Orioles target: OF Denard Span

The Baltimore Orioles played most of the entire 2015 season with replacement level players in left and right field. That’s what happens when you enter the season on the heels of a winter in which home run champ Nelson Cruz and former All-Star Nick Markakis walk, and are replaced with Travis Snider and Alejandro De Aza. The Orioles have their work cut out for them this winter, with a long list of free agents to either sign or replace. Finding another everday player to slot in one of the corners next to Adam Jones must be a priority if the Orioles are to continue contending.

The Orioles will not be able to sign two outfielders, and they may not have to. Former top prospect Nolan Reimold played very well down the stretch in September, and is still under team control. Look for Reimold to be brought back and given more consistent playing time. Reimold is suited for left field. That leaves right field to fill, and there is a player who has been suiting up in the Orioles backyard for the past three years that could be a great fit for Baltimore.

Admittedly, Denard Span comes with some risks for the Orioles. The 31-year-old centerfielder played in only 61 games last year for the Washington Nationals due to abdominal and hip injuries. Span went under the knife for abdominal surgery during the 2015 offseason, and was never right. In those 61 games, however, Span was still a force, posting a .301/.365/.431 line with nearly as many walks as strikeouts. For his career, Span is a .287/.352/.395 slasher who led the National League in hits in 2014, and has twice led his league in triples.

The Orioles utilized Manny Machado in the leadoff role for most of 2015, but the goal should be to move him out of that slot and into the three-hole. Machado’s offensive production is needed in the heart of the order. Span would be an excellent fit for the Orioles if they are willing to take the risk on his injuries being in the past. The Orioles tried to catch lightening in a bottle when they traded for Gerardo Parra, who was playing way over his head to start the year. Parra’s .330 batting average turned into a .230 batting average as soon as the Orioles traded for him. Retaining Parra could be an option for the Orioles, but Span provides much more offensive upside.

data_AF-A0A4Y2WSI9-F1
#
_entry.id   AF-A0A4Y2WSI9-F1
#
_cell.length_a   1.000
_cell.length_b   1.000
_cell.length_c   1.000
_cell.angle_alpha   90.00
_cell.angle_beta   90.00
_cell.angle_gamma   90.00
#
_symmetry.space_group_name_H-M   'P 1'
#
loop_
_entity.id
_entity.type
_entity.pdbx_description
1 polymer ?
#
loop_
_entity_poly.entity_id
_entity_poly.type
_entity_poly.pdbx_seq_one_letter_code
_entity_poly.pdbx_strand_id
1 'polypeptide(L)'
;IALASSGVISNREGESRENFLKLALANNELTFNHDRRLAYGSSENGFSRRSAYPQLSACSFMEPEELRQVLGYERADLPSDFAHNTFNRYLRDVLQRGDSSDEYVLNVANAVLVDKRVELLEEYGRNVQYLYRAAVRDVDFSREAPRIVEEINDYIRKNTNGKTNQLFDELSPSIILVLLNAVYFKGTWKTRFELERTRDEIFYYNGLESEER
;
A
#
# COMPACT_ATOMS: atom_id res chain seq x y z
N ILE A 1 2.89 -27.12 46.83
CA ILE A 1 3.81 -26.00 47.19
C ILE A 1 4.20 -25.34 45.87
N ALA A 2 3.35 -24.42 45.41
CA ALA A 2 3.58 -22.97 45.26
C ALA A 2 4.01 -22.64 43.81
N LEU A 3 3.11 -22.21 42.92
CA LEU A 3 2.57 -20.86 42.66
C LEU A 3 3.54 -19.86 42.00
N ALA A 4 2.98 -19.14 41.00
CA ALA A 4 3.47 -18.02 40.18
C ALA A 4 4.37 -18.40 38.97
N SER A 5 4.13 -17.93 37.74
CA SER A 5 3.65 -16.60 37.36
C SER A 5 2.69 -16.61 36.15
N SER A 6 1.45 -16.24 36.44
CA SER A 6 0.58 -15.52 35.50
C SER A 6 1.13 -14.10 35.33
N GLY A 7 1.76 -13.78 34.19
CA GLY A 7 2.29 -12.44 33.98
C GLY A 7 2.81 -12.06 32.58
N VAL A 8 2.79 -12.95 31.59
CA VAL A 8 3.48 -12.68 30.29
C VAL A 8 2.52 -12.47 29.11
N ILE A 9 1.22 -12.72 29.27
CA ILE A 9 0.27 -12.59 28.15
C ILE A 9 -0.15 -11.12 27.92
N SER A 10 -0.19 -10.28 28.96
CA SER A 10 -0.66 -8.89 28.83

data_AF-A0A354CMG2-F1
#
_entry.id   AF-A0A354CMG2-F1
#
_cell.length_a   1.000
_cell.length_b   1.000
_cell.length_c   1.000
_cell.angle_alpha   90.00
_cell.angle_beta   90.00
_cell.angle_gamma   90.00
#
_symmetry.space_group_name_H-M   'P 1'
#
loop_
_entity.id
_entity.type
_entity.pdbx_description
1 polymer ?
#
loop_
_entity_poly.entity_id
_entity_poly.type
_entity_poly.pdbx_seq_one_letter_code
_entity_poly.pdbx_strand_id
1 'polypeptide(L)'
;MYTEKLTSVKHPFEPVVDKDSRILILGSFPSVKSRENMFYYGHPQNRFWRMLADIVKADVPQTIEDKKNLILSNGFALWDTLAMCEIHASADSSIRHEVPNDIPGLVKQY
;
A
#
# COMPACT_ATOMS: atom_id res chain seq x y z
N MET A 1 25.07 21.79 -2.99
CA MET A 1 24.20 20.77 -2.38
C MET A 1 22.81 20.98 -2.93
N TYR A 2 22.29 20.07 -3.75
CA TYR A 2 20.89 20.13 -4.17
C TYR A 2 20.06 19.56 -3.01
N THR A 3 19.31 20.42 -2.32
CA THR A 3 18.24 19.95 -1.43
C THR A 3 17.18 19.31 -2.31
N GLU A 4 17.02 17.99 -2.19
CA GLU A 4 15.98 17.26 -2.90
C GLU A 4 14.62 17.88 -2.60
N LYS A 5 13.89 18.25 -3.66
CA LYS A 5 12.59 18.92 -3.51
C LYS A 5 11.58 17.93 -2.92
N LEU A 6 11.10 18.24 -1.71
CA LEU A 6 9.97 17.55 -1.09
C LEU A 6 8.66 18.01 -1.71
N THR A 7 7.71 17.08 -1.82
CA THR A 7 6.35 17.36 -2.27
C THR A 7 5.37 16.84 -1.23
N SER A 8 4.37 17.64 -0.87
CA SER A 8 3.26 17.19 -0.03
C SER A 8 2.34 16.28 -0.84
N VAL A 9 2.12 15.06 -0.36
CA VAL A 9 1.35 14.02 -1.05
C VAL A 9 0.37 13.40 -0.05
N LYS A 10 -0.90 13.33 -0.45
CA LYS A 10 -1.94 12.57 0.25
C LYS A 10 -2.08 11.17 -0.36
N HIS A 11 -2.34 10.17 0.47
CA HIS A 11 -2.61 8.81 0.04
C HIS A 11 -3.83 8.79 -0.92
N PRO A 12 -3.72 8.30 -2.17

If Span comes with a qualifying offer, the Orioles could be even better-positioned to make a run at him. Few teams may be willing to surrender a draft pick to sign a player over the age of 30 with a checkered injury history. The Orioles are in a unique position, because they will likely lose at least two players with qualifying offers — Matt Wieters and Wei-Yin Chen. Having the draft picks that will come from that pair in their back pocket could allow the Orioles to be more aggressive on the free-agent market.

As far as Span’s health is concerned, the Orioles could play him in right to cut down on some of the wear and tear on his body. It was not the initial injury that kept Span on the DL most of the year, but rather the effects of rushing back. Compensating slightly for weakness in his core muscles put excess strain on Span’s hips. The hips and core all work together, and one minor inefficient movement can throw everything off.

Given a full year to recover from his core surgery and its after-effects, Denard Span should be fully healthy in 2016. Despite the fact that he has never made an All-Star team in his career, Span is an excellent, consistent player. He is the type of player who would fit well atop the Orioles lineup. Span has decent power, and has shown a good ability to reach base. The Orioles were unwilling to take a chance on Nick Markakis last winter due to injury concerns, and it came back to bite them all year. If the Orioles want to continue contending, risks will have to be taken, and Denard Span is a risk worth taking.

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